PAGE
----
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Funding threat to state nurseries

Campaigners warn that spending cuts to protect schools could lead to widespread closures. Nadene Ghouri and Dorothy Lepkowska report

State-run nursery schools are facing widespread national closures as they fall victim to local authority belt-tightening, according to the National Campaign for Nursery Education.

The campaign says nurseries are under threat or have already been shut in at least six counties as a result of cost-cutting measures.

Liz Murphy, the campaign's chair, said: "It's appalling that such excellent provision is under threat of closure at a time when the Government claims to be valuing nursery education and is talking so much about raising standards in early years."

Ms Murphy said she recently received a letter from Estelle Morris, the education junior minister, which said that she was "unaware of any areas that are currently considering the prospective closure or amalgamation of nursery schools and early-years provision".

Ms Murphy said: "If that's so, then Ms Morris is due for a shock."

Last night, education chiefs in Buckinghamshire were expected to decide to close the county's four nursery schools, saving about Pounds 500,000 a year. This money will form part of an extra Pounds 3 million cash boost for schools.

Roger Russell, the council spokesman, said: "The education committee has to take some very difficult budget decisions. In order to protect our schools next year by giving them an extra 2.5 per cent - the schools wanted 5 per cent - non-mainstream areas such as youth, and community, museums and nurseries will suffer a higher level of cuts. Whether that means the four nurseries will close nobody yet knows."

Mr Russell said the committee would consider proposals to absorb the nurseries into schools.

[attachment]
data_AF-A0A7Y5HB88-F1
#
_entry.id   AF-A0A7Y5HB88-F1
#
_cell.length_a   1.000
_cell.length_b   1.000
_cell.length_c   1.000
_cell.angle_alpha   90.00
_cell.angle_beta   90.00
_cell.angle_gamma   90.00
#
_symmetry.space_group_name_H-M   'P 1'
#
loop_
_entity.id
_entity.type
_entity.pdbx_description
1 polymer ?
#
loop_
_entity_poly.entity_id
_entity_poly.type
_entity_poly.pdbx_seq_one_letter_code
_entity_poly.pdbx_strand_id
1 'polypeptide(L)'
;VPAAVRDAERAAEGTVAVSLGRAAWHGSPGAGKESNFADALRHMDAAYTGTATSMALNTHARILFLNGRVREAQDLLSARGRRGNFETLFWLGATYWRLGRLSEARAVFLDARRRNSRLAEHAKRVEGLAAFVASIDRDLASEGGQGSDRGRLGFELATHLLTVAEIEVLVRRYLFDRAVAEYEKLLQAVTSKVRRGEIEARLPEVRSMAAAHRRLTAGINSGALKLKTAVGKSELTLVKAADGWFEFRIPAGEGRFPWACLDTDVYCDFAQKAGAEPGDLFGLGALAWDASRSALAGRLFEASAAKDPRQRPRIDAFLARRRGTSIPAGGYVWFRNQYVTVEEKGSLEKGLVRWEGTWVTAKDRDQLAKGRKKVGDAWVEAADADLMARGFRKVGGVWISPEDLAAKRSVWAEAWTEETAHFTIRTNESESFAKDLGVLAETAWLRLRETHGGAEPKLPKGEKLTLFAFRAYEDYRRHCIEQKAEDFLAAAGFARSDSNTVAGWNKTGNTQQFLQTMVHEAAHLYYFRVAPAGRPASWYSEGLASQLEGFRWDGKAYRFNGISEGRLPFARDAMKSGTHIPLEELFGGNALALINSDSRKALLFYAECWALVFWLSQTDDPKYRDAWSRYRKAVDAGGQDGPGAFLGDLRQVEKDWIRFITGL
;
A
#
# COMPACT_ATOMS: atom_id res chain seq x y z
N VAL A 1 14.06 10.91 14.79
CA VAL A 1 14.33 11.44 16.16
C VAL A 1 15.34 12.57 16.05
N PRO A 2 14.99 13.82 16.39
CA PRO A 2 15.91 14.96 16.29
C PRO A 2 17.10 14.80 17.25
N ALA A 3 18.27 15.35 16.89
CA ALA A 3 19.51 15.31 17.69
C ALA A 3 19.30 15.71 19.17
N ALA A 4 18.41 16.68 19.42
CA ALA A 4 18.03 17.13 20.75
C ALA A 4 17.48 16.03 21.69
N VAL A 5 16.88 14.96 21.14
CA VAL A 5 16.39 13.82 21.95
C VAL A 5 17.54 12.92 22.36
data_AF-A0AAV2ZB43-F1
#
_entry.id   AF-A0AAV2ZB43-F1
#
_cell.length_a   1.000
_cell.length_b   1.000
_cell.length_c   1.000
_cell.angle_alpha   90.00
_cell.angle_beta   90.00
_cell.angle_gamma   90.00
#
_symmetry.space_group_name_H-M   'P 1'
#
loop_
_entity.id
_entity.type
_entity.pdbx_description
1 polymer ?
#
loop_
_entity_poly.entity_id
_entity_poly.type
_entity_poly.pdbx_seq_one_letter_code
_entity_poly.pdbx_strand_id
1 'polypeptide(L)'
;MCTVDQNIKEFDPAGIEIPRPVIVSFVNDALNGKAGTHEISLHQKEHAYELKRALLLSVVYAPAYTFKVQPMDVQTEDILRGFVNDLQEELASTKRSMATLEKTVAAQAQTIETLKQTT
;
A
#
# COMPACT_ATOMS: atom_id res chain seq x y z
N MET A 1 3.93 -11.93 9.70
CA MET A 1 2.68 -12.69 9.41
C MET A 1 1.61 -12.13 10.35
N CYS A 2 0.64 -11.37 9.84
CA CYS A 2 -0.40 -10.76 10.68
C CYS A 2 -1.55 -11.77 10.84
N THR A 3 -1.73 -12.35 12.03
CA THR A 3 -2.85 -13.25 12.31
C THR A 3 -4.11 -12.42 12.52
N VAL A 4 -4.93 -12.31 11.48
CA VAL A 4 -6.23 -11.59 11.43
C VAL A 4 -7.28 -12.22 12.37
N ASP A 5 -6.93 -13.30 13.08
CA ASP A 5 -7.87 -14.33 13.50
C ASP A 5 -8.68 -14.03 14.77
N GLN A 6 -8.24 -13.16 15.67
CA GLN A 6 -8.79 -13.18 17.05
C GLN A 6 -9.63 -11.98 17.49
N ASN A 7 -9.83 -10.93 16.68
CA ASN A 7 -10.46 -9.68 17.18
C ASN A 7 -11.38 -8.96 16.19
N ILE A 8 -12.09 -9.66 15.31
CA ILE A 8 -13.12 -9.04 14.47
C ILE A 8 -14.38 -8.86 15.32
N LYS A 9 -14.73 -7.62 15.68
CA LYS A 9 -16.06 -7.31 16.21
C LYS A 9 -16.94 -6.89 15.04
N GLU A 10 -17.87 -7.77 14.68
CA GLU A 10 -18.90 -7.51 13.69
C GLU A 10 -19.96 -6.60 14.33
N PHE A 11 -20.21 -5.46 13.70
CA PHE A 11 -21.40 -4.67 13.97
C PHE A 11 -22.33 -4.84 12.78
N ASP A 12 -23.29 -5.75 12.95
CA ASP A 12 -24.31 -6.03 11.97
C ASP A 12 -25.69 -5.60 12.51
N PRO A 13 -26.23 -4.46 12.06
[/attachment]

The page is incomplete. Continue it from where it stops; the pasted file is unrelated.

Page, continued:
The four nursery schools - the Coppice and Bowerdean in High Wycombe, Henry Allen in Amersham and Beech Green in Aylesbury - educate about 450 three and four-year-olds between them.

Henry Allen, the largest nursery, has 115 children - 20 per cent of whom have special needs or behavioural difficulties.

Helen Read, a teacher at the nursery, said: "I'm furious. I don't understand what the local authority means when it says we can be absorbed into school nurseries. What school nurseries?

"At the moment we have children going from here into a partitioned school dining hall. There's a reception class on one side and a so-called pre-reception class on the other. You can't just put 30 children in a room and call it a nursery.

"Where's the special needs provision, early-years expertise, dedicated space and equipment which we have? We've all had good reports from the Office for Standards in Education and been told we give value for money. It's such short-sighted, false economy letting us go."

Carol Hubbard, deputy headteacher of Bowerdean, said the nurseries often formed the focal point for poor and deprived communities.

She said: "We give the mums an opportunity to meet and have a chat and add some colour to their difficult lives. We have a boy here who has rickets and, at the age of three, he still wears nappies and feeds from a bottle. He and his family need support. I cannot imagine that a reception class in a school would be the right environment for him.

"What we do is to give the children a good start and prepare them for school. In most cases they need to have their confidence boosted."

Carol Morgan, headteacher of the Coppice school, said: "These nurseries are about more than just educating children. We also play a vital counselling role, teaching the parents how to be with the children.

"There is virtually no replacement provision in this area if the nursery closes."

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